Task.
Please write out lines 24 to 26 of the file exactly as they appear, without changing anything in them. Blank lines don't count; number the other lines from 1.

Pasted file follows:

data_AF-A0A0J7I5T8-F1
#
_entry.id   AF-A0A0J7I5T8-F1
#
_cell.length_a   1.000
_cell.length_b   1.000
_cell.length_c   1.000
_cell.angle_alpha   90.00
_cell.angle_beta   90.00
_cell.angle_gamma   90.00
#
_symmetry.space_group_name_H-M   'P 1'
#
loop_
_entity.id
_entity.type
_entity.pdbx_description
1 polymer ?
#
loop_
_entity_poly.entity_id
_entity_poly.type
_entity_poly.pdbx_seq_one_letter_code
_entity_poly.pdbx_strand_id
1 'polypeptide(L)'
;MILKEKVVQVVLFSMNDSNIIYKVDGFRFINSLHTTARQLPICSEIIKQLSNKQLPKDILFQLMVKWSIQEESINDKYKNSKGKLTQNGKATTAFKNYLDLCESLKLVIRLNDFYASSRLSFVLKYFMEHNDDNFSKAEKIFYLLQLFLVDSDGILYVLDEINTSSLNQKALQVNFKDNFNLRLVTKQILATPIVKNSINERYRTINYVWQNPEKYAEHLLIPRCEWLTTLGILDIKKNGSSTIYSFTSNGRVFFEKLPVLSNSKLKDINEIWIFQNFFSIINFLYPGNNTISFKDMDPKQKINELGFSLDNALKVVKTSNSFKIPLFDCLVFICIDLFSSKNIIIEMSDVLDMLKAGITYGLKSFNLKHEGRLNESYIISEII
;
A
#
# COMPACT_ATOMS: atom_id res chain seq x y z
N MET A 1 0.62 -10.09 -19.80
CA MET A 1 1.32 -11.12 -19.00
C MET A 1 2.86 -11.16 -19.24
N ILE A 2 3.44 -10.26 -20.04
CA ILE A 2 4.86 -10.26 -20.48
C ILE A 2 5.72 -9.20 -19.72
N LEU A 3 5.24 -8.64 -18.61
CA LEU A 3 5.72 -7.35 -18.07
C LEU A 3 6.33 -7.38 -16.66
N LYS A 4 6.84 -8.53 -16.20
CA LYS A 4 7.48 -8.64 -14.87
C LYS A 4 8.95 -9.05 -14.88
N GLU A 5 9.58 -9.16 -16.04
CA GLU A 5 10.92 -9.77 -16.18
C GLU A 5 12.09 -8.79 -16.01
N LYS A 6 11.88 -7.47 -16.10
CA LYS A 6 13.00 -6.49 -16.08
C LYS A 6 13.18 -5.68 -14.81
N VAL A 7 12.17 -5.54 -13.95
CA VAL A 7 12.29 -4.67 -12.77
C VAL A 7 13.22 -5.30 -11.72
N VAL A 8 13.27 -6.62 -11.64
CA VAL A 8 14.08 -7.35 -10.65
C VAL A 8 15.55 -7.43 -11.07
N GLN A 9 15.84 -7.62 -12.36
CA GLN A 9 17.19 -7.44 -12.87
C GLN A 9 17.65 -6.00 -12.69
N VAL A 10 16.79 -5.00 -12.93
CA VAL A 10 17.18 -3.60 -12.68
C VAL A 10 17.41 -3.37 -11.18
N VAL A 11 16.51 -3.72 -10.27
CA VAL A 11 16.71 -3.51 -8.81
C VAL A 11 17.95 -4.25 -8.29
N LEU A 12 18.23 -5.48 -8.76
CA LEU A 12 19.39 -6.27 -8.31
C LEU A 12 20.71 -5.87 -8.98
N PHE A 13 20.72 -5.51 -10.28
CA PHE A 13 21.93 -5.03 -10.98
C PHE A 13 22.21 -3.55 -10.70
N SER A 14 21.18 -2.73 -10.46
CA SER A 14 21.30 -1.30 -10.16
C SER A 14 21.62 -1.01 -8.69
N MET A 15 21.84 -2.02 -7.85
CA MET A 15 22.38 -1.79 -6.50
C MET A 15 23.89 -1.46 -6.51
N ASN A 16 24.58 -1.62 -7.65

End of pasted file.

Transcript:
_entity_poly.pdbx_strand_id
1 'polypeptide(L)'
;MILKEKVVQVVLFSMNDSNIIYKVDGFRFINSLHTTARQLPICSEIIKQLSNKQLPKDILFQLMVKWSIQEESINDKYKNSKGKLTQNGKATTAFKNYLDLCESLKLVIRLNDFYASSRLSFVLKYFMEHNDDNFSKAEKIFYLLQLFLVDSDGILYVLDEINTSSLNQKALQVNFKDNFNLRLVTKQILATPIVKNSINERYRTINYVWQNPEKYAEHLLIPRCEWLTTLGILDIKKNGSSTIYSFTSNGRVFFEKLPVLSNSKLKDINEIWIFQNFFSIINFLYPGNNTISFKDMDPKQKINELGFSLDNALKVVKTSNSFKIPLFDCLVFICIDLFSSKNIIIEMSDVLDMLKAGITYGLKSFNLKHEGRLNESYIISEII